But if you find a Latin or Caribbean market more accessible, look for cassava, also known as yuca, mamnioc, mandioca, casabe, and tapioca. Just be sure to cook it thoroughly, as it's toxic in its raw form. But the good news is that this isn’t as alarming as it sounds. In fact, it's so commonly safely consumed that for your extreme convenience, it can be found peeled, chopped, and otherwise prepped and ready to use in the freezer aisle! … Or, pre-fried into chips, as they've grown in popularity as a bagged snack with more protein than potato crisps. 

Carrots are another starchy-feeling side (although technically, they're not!), but have you tried the subtly sweet parsnip? They hold up just as well as their orange cousins—and potatoes—to preparations that run the gamut from boiled, roasted, fried, steamed, mashed, and pureed. You'll also commonly find parsnips accenting cauliflower, a low carb starch alternative that's been dominating the food world in the past few years. They also play well with other filling root veggies like celeriac, and rutabagas, and turnips; the difference between the two is explained here. All of these can stand alone just fine, though, as an alt-starch, as casseroles, sheet-pan roasts, soups, mashes, and more.

Then there are more water-based root vegetables to consider, such as daikon radishes and beetroots. Both can be eaten raw and/or pickled but can become a lovely side when cooked. This mellows out the root and makes it sweeter and more tender, as well as making it feel much more like a starchy dish despite the low-carb profile of daikons. The naturally occurring sugar in beets up the carbohydrate count in them, but the calorie count remains low despite that.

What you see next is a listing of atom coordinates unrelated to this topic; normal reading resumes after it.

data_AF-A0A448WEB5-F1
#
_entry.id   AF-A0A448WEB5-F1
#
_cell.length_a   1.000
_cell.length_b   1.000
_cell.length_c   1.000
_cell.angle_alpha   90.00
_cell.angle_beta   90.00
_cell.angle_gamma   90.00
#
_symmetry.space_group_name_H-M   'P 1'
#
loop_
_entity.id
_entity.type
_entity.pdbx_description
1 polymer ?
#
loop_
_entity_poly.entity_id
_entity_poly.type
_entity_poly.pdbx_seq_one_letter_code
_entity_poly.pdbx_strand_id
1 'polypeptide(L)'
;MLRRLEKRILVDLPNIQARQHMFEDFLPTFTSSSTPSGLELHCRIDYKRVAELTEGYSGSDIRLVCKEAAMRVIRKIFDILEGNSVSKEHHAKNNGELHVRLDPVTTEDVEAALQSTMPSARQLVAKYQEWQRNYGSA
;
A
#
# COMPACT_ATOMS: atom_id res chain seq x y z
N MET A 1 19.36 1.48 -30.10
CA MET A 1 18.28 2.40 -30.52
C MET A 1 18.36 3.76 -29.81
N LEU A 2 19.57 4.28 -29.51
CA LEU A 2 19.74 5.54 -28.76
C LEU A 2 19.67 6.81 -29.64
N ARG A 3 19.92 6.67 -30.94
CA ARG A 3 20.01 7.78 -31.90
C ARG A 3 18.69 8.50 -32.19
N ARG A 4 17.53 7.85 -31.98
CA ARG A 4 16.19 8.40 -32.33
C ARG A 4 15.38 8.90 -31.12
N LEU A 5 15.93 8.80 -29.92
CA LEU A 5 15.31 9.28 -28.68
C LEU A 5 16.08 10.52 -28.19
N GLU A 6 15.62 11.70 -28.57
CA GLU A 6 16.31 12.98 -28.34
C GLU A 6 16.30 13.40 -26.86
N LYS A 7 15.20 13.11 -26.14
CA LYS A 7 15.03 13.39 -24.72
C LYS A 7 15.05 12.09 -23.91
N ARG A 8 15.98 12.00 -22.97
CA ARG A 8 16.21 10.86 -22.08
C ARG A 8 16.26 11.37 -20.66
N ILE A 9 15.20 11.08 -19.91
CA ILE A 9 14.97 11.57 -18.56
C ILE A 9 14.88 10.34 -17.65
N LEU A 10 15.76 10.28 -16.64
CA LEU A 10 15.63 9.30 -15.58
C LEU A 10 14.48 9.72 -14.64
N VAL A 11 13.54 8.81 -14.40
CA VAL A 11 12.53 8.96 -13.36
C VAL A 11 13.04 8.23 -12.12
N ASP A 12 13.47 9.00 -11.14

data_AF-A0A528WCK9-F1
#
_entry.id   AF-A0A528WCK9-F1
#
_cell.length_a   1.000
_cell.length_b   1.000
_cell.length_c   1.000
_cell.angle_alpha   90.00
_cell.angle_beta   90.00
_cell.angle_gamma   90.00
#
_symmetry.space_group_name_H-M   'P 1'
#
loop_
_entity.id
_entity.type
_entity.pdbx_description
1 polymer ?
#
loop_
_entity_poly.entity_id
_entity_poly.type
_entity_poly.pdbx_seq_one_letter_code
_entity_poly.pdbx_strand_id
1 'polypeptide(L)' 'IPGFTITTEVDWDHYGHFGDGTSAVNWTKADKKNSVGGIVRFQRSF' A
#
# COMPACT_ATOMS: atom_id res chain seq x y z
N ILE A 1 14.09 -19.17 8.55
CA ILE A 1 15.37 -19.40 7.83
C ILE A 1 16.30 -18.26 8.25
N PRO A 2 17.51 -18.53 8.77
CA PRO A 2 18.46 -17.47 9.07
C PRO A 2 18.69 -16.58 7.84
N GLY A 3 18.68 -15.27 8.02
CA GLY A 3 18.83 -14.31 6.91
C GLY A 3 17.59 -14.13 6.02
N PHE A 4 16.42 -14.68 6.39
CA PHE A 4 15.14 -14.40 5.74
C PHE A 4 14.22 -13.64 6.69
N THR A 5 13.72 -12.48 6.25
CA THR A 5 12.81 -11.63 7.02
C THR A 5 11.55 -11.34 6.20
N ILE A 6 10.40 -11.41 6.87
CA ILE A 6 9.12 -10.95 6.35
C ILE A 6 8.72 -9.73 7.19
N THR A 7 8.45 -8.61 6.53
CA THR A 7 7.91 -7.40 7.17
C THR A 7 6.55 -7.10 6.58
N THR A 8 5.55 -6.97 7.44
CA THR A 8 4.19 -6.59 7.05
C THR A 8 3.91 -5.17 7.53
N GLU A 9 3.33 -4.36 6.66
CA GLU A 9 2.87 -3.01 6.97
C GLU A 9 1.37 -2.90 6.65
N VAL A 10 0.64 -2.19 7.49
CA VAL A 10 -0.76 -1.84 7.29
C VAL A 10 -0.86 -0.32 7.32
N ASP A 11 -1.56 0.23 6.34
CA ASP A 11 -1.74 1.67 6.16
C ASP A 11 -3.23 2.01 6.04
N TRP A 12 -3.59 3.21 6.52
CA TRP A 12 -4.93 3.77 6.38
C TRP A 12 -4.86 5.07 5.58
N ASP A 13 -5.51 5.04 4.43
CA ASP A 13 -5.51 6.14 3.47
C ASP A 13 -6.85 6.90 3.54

If your caloric intake is a particular focus, consider shirataki, which is also root vegetable derived. These translucent "miracle noodles" come from the konjac "devil's tongue or elephant" yam plant, and although they may have no individual flavor, may be just the blank canvas you want if you're just looking for a vehicle for your other ingredients.

Squashes

Butternut squash came up hard against sweet potatoes in just the last decade as an alternative starch of choice and has become well established as a seasonal staple. Mashed, roasted, pureed, stuffed, or made into soup, a casserole, or pasta filling, it holds up well to various preparations without being overwhelming in its flavor identity, making it even more versatile than its other cold-weather companion, sweet pumpkins (not to be confused with the more savory, mild West Indian calabazas). Buttercup—sometimes called turban squash, yet different from the floury and mild commonly decorative French turban type—lends itself to similar preparations for its sweet, creamy profile.